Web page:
The website reads like a primer for profiting from the millions of low-income people struggling to afford a place to live. “With over 20% of Americans trying to live on $20,000 per year or less, the demand for mobile homes has never been higher,” the site reads. “And the big winners are the owners of the mobile home parks where those customers reside.”
A promotional video on the Mobile Home University website describes the many advantages of this power dynamic: “The customers are relatively easy to please. They’re just happy to have a roof over their head.”
The residents of Country Meadows, however, were not so obliging. In recent years, a new model for mobile home park ownership has emerged from ROC USA, a national network of nonprofits and community development financial institutions, to combat the exploitative relationship between many mobile home park owners and residents. With a loan from ROC USA, mobile home park residents can buy their mobile home park and run it as a cooperative. Once the loan has been paid off, ROC USA communities are often able to lower the lot rent that residents pay because they’re not trying to profit from the investment. This approach has recently proven successful at mobile home parks in Boulder County, Durango and elsewhere in the state.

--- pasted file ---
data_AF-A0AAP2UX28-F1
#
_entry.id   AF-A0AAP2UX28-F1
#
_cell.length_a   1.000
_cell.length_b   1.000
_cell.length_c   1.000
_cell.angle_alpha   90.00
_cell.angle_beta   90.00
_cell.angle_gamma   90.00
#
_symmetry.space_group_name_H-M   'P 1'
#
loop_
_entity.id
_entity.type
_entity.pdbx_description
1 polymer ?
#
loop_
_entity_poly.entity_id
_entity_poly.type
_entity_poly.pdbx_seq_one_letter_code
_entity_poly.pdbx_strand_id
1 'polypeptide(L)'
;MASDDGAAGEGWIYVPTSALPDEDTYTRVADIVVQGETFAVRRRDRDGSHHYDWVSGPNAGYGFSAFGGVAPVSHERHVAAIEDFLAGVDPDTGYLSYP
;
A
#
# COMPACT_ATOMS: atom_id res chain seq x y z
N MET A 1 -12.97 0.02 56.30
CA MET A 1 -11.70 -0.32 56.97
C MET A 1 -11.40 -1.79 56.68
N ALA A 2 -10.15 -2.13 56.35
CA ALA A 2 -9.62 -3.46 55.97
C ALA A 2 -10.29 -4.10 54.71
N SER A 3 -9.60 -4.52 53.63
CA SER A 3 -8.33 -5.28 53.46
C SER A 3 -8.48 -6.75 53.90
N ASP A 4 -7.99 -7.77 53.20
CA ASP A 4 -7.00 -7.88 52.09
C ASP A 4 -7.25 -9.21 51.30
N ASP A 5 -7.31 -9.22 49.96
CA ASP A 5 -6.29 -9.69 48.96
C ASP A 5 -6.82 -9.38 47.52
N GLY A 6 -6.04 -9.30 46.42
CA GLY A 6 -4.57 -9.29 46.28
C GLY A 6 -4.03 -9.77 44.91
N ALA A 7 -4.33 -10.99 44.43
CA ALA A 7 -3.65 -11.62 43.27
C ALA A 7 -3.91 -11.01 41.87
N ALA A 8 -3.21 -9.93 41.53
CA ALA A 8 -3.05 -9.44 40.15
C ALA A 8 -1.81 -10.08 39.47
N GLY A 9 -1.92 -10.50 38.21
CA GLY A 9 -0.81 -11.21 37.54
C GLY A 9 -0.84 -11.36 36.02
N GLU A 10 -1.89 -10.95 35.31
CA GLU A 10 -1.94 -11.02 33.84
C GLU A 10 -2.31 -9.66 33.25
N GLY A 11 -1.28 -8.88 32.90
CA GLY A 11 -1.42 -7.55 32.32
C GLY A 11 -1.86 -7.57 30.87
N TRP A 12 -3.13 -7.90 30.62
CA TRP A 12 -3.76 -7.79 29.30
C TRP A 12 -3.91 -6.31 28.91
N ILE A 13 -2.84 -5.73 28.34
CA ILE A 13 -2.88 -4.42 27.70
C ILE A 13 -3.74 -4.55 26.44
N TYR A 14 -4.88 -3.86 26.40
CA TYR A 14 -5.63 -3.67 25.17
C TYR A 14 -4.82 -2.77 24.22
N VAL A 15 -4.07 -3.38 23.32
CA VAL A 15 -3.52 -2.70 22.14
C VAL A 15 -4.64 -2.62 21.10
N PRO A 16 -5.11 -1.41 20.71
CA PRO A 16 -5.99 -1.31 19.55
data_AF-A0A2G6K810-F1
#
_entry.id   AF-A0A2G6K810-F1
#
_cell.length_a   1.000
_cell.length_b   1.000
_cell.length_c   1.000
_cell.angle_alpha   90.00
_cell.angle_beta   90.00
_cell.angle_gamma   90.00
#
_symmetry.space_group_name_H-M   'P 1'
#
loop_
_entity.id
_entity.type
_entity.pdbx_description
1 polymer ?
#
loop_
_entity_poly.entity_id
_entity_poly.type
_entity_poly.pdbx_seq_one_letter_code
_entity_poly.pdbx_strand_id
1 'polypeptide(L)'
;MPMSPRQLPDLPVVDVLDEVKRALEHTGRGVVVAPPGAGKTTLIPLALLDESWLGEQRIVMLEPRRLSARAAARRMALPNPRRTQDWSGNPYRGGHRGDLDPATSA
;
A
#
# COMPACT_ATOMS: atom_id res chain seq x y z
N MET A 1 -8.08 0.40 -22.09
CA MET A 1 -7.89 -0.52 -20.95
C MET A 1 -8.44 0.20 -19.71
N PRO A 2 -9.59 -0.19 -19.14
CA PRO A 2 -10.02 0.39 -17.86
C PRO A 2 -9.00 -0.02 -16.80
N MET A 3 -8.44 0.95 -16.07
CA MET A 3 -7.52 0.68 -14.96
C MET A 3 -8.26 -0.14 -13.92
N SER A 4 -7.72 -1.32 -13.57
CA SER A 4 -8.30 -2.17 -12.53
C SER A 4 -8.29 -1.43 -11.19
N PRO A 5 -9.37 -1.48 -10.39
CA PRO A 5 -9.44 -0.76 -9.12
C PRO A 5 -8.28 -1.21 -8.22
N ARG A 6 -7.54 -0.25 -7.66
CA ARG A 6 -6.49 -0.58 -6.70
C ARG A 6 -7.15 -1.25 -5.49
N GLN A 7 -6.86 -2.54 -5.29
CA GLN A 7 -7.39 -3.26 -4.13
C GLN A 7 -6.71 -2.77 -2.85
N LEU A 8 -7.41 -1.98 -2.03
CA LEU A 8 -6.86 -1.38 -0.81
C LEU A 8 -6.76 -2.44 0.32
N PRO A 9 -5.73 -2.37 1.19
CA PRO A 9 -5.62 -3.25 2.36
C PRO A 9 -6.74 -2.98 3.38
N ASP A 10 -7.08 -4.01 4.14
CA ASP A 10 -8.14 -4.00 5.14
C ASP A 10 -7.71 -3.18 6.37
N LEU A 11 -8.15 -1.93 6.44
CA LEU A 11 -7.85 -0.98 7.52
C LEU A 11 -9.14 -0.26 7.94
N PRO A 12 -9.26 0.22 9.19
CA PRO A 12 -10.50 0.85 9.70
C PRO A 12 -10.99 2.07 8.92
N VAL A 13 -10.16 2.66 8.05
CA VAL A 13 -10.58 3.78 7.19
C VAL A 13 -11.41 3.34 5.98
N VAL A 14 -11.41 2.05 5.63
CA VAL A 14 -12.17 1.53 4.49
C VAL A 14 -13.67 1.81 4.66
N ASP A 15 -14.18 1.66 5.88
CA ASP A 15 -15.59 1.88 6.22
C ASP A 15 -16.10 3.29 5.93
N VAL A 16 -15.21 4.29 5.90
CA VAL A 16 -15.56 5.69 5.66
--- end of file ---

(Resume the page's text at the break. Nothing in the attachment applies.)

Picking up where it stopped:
For William Edwards, a Gunnison-based attorney, the ROC USA model has a lot of advantages when it comes to addressing Colorado’s affordable housing crisis. Crucially, it’s not a subsidy—residents buy their park through a loan from either a county or municipal government or a nonprofit, and gradually pay it off like a mortgage.
“Compared to other affordable housing efforts, this puts the most control in the hands of the residents and involves the least amount of government intervention,” said Edwards.
In August 2021, Luna and several other Country Meadows residents began organizing community meetings to discuss their options. Under Colorado’s Mobile Home Park Act as amended in 2020, along with additional legislation passed the same year, they had 90 days to submit a counter-offer to purchase the park. The law also gave a county or other local government entity the right to make an offer on a park on behalf of residents. With the clock ticking on their 90-day window, the group of Country Meadows residents went to the Gunnison County Commission at the beginning of September, asking for help in financing an offer on the park.
The county commissioners were receptive to the idea; the sale threatened a large segment of the town’s scarce affordable housing stock and upwards of 250 people lived in Country Meadows, including many families. First, Country Meadows residents would have to form an official homeowners’ association that could represent a majority of residents in the community so the county could submit an offer on their behalf. On Aug. 10, a group of seven residents spearheaded the O.N.E. Association, an acronym for Organización de Nuevas Esperanzas (in English, Organization for New Hope), enacting bylaws, a board of directors, and Luna as president.